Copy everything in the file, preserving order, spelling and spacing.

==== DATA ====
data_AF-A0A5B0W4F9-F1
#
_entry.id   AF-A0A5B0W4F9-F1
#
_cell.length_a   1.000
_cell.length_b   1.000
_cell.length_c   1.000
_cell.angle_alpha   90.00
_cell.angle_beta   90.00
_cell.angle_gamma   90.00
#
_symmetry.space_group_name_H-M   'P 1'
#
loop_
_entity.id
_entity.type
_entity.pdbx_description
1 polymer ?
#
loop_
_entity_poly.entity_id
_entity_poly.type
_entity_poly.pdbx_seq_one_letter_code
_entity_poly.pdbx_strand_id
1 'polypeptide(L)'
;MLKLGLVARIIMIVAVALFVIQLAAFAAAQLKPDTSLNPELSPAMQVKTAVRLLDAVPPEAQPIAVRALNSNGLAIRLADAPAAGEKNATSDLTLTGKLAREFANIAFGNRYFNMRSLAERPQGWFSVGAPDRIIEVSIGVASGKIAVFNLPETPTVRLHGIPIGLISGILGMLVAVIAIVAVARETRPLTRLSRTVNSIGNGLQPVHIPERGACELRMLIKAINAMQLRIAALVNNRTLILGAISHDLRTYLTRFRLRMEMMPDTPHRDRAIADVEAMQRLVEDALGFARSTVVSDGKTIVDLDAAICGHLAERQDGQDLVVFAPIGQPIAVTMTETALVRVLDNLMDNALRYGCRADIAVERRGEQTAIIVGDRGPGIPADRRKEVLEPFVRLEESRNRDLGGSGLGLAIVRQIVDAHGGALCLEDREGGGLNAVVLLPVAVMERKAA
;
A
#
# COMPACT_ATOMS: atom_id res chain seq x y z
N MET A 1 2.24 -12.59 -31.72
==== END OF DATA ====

data_AF-A0A5B0W4F9-F1
#
_entry.id   AF-A0A5B0W4F9-F1
#
_cell.length_a   1.000
_cell.length_b   1.000
_cell.length_c   1.000
_cell.angle_alpha   90.00
_cell.angle_beta   90.00
_cell.angle_gamma   90.00
#
_symmetry.space_group_name_H-M   'P 1'
#
loop_
_entity.id
_entity.type
_entity.pdbx_description
1 polymer ?
#
loop_
_entity_poly.entity_id
_entity_poly.type
_entity_poly.pdbx_seq_one_letter_code
_entity_poly.pdbx_strand_id
1 'polypeptide(L)'
;MLKLGLVARIIMIVAVALFVIQLAAFAAAQLKPDTSLNPELSPAMQVKTAVRLLDAVPPEAQPIAVRALNSNGLAIRLADAPAAGEKNATSDLTLTGKLAREFANIAFGNRYFNMRSLAERPQGWFSVGAPDRIIEVSIGVASGKIAVFNLPETPTVRLHGIPIGLISGILGMLVAVIAIVAVARETRPLTRLSRTVNSIGNGLQPVHIPERGACELRMLIKAINAMQLRIAALVNNRTLILGAISHDLRTYLTRFRLRMEMMPDTPHRDRAIADVEAMQRLVEDALGFARSTVVSDGKTIVDLDAAICGHLAERQDGQDLVVFAPIGQPIAVTMTETALVRVLDNLMDNALRYGCRADIAVERRGEQTAIIVGDRGPGIPADRRKEVLEPFVRLEESRNRDLGGSGLGLAIVRQIVDAHGGALCLEDREGGGLNAVVLLPVAVMERKAA
;
A
#
# COMPACT_ATOMS: atom_id res chain seq x y z
N MET A 1 2.24 -12.59 -31.72